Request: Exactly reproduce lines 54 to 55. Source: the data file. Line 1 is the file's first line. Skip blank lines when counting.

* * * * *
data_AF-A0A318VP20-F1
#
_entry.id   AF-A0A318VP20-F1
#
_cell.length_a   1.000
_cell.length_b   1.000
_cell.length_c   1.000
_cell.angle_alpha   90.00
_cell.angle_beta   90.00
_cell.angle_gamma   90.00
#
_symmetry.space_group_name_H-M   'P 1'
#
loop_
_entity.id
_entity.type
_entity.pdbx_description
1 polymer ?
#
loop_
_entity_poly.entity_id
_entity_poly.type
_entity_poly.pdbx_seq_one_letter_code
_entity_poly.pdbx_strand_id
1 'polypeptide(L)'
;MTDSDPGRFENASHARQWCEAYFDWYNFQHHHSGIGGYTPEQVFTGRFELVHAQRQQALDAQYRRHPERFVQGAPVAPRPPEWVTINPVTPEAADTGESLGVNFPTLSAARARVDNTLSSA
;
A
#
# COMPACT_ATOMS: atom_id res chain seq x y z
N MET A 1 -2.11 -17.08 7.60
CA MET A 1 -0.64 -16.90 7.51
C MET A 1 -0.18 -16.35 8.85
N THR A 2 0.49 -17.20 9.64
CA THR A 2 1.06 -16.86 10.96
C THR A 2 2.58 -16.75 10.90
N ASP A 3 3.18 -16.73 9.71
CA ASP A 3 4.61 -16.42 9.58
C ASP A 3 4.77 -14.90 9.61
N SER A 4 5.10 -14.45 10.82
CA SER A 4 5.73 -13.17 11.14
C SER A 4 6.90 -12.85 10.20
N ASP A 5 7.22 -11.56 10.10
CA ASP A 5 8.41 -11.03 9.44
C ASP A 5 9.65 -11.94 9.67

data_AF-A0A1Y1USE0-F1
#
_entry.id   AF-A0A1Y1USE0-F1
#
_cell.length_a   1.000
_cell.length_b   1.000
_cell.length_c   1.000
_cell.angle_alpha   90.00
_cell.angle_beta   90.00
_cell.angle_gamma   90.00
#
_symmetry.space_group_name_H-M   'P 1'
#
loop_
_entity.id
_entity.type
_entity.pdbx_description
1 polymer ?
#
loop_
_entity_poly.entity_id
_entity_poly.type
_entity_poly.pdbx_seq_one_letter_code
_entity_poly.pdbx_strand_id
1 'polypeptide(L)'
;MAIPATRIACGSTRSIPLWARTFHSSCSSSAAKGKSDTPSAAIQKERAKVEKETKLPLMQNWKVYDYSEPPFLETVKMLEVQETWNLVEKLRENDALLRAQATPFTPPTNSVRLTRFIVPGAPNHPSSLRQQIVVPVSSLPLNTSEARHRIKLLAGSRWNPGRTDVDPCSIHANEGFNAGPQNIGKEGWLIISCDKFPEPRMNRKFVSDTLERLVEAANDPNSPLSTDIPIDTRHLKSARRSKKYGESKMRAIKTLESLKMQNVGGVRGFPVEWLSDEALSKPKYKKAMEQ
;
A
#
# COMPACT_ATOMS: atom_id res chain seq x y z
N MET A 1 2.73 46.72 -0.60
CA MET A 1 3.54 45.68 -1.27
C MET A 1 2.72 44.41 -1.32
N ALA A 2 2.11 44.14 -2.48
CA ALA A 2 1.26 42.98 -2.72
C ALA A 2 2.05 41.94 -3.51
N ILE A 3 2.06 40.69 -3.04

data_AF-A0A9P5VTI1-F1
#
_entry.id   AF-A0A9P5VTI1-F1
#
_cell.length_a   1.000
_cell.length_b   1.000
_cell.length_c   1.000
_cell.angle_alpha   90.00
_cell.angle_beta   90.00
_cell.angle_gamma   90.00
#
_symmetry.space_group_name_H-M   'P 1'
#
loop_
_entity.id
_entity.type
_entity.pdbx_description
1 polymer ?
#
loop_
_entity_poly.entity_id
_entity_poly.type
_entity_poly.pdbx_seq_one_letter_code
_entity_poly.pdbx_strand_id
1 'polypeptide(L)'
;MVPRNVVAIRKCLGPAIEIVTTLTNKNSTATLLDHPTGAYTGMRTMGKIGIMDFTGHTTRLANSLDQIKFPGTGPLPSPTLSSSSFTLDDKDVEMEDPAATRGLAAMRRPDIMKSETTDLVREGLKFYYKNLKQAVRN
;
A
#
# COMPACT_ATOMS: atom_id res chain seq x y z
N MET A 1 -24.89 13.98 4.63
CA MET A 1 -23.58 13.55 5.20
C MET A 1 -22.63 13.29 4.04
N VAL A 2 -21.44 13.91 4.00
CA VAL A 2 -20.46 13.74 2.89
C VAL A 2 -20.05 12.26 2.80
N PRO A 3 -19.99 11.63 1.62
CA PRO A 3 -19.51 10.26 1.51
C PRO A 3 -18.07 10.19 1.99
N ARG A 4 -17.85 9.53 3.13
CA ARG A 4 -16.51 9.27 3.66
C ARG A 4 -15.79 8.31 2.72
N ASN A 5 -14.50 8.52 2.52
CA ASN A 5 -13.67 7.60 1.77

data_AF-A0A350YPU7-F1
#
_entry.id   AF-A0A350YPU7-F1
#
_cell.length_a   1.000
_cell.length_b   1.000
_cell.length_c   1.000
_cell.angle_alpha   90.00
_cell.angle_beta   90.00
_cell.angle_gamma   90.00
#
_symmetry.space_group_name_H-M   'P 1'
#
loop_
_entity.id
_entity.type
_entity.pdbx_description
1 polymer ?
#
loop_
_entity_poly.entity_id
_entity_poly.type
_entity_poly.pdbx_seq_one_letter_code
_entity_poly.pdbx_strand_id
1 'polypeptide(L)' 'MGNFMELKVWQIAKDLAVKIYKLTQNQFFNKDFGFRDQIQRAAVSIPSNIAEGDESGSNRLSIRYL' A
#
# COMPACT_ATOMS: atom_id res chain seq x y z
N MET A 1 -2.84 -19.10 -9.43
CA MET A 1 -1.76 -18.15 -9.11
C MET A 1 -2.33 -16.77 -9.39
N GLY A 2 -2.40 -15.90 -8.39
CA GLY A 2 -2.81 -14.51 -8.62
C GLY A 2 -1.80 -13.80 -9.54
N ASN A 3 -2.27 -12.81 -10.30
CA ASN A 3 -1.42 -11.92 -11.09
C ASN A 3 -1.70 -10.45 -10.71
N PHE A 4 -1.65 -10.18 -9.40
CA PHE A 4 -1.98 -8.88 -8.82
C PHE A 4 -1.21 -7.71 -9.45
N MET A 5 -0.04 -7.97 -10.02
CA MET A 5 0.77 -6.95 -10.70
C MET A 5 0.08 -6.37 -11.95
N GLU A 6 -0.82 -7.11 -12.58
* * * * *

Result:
_cell.angle_beta   90.00
_cell.angle_gamma   90.00